The terrorists and their supporters don't have to prove their bona fides. They do what they do in the name of jihad, a term that literally means "striving." Some Muslims, especially in the modern era, understand jihad as a form of internal warfare in the soul against sin. But the Koran itself urges Muslims to "slay the idolaters wherever you find them. Seize them, besiege them, and lie in ambush everywhere for them." In his classic work, The Muqaddimah, the influential Muslim writer Ibn Khaldun asserts, "In the Muslim community, holy war is a religious duty, because of the obligation to convert everybody to Islam either by persuasion or by force." These passages convey how Muslims themselves have usually understood their religious mission. Historian Bernard Lewis writes that the traditional Islamic view, upheld by the vast majority of jurists and commentators, is that jihad usually refers to an armed struggle against infidels and apostates. Lewis writes:
In the Muslim worldview the basic division of mankind is into the House of Islam (Dar al-Islam) and the House of War (Dar al-Harb). Ideally the House of Islam is conceived as a single community. The logic of Islamic law, however, does not recognize the permanent existence of any other polity outside Islam. In time, in the Muslim view, all mankind will accept Islam or submit to Islamic rule. A treaty of peace between the Muslim state and a non-Muslim state was thus in theory impossible. Such a truce, according to the jurists, could only be provisional. The name given by the Muslim jurists to this struggle is jihad.
The clear implication of Lewis's remarks is that the terrorists who profess the name of Allah and proclaim jihad are operating squarely within the Islamic tradition. Indeed, they are performing what Islam has typically held to be a religious duty. Of course it could be pointed out that there are millions of Muslims who do not agree with this view of Islam. They prefer what may be termed the "jihad of the heart" or perhaps the "jihad of the pen" to the "jihad of the sword." But traditionally Islam has embraced all these forms of jihad as legitimate, so that the only reasonable conclusion is that many Muslims today, both in the West and in the Islamic world, no longer profess Islam in its traditional sense. In a word, they are liberals, not in the Michael Dukakis connotation, but in the classic meaning of the term. From the point of view of the bin Ladens of the world, these people are apostates for diluting the faith and refusing to do battle against the infidels.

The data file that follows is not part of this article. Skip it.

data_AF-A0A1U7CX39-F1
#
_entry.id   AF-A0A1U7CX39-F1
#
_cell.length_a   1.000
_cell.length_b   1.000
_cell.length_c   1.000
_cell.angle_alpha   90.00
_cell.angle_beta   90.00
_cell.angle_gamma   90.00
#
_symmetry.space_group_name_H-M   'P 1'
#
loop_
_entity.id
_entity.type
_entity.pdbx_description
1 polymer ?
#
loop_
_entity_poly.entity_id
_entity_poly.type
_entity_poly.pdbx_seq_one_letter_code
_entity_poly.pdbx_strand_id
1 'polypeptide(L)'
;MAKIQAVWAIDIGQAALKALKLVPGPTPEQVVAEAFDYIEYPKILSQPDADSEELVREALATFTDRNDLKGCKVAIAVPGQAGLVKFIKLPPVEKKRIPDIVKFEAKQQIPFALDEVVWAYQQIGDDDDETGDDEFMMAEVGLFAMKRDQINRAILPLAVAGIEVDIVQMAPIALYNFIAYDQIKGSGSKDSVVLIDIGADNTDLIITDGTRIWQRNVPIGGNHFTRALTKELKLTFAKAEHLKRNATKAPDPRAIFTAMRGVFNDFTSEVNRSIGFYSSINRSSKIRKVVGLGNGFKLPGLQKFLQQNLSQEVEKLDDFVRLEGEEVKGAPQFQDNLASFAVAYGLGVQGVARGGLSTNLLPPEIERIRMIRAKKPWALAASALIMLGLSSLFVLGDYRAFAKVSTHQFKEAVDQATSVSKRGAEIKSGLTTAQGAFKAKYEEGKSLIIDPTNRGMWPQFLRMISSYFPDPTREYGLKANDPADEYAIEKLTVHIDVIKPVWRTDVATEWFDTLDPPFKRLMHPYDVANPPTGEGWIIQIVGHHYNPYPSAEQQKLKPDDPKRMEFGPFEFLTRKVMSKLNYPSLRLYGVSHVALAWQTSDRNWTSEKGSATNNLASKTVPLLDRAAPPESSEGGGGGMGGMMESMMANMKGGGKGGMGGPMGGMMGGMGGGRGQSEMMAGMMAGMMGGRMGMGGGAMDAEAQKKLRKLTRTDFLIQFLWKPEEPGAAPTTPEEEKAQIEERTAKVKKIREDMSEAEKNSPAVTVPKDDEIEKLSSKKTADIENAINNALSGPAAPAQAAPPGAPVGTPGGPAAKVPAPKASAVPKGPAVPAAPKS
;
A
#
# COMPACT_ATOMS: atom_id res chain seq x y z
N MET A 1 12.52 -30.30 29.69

I realize that terms like "apostate" and "infidel" sound harshly unfamiliar to the Western ear. There is something strange and antique about them, as if they belong to the world of our ancestors. And of course they do. A thousand years ago, during the time of the Crusades, the ancestors of the West understood their Islamic foe very well. Nobody spoke of "the West" at that time; they spoke of "Christendom." It was a time, one may say, when the Christians, too, had their jihad, and it was aimed at the reconquest of the Holy Land. For Christians, the crusades combined two traditional practices, pilgrimage and holy war. Kings and popes alike proclaimed that those who died in battle were martyrs for the faith and would go straight to heaven.
|Preface: A Funeral Oration: Pericles' Dilemma, and Ours||xi|
|Chapter 1||Why They Hate Us: America and Its Enemies||3|
|Chapter 2||Two Cheers for Colonialism: How the West Prevailed||37|
|Chapter 3||Becoming American: Why the American Idea Is Unique||69|
|Chapter 4||The Reparations Fallacy: What African-Americans Owe America||101|
|Chapter 5||When Virtue Loses All Her Loveliness: Freedom and Its Abuses||133|
|Chapter 6||America the Beautiful: What We're Fighting For||161|
Posted August 18, 2002